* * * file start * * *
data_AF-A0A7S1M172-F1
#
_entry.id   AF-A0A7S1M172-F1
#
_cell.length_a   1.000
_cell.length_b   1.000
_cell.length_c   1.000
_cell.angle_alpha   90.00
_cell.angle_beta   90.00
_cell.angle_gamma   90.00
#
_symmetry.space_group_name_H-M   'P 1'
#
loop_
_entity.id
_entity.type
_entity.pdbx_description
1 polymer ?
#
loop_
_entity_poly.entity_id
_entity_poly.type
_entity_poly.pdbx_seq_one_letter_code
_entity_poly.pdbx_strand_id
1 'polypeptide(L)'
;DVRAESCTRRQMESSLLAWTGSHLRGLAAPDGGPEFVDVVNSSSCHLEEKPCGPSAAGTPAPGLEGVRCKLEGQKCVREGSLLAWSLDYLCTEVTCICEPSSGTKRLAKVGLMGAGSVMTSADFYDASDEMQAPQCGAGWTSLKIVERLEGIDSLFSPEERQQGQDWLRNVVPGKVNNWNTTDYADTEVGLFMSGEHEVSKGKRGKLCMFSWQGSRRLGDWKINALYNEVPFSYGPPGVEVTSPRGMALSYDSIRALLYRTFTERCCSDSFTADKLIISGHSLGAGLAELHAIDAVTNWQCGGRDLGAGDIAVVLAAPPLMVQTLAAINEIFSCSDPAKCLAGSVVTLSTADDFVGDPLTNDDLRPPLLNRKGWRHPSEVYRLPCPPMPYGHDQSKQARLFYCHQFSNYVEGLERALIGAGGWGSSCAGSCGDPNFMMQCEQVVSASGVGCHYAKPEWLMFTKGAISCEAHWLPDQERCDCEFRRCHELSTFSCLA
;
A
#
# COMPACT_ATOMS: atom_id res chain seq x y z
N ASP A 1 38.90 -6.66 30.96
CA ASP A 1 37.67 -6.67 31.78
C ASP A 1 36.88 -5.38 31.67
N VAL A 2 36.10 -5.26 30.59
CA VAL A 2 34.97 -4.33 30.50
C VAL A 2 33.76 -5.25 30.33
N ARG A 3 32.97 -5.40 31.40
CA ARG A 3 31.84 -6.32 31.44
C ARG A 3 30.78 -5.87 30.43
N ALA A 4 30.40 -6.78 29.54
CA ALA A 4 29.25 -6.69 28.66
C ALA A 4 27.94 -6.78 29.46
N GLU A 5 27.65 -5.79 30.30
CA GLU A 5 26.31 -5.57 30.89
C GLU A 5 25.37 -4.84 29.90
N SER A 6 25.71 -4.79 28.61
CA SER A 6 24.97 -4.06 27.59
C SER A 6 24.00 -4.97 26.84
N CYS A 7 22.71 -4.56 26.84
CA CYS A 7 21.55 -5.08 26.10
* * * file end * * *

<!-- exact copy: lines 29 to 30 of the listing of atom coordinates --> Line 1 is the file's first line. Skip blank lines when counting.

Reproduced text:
#
# COMPACT_ATOMS: atom_id res chain seq x y z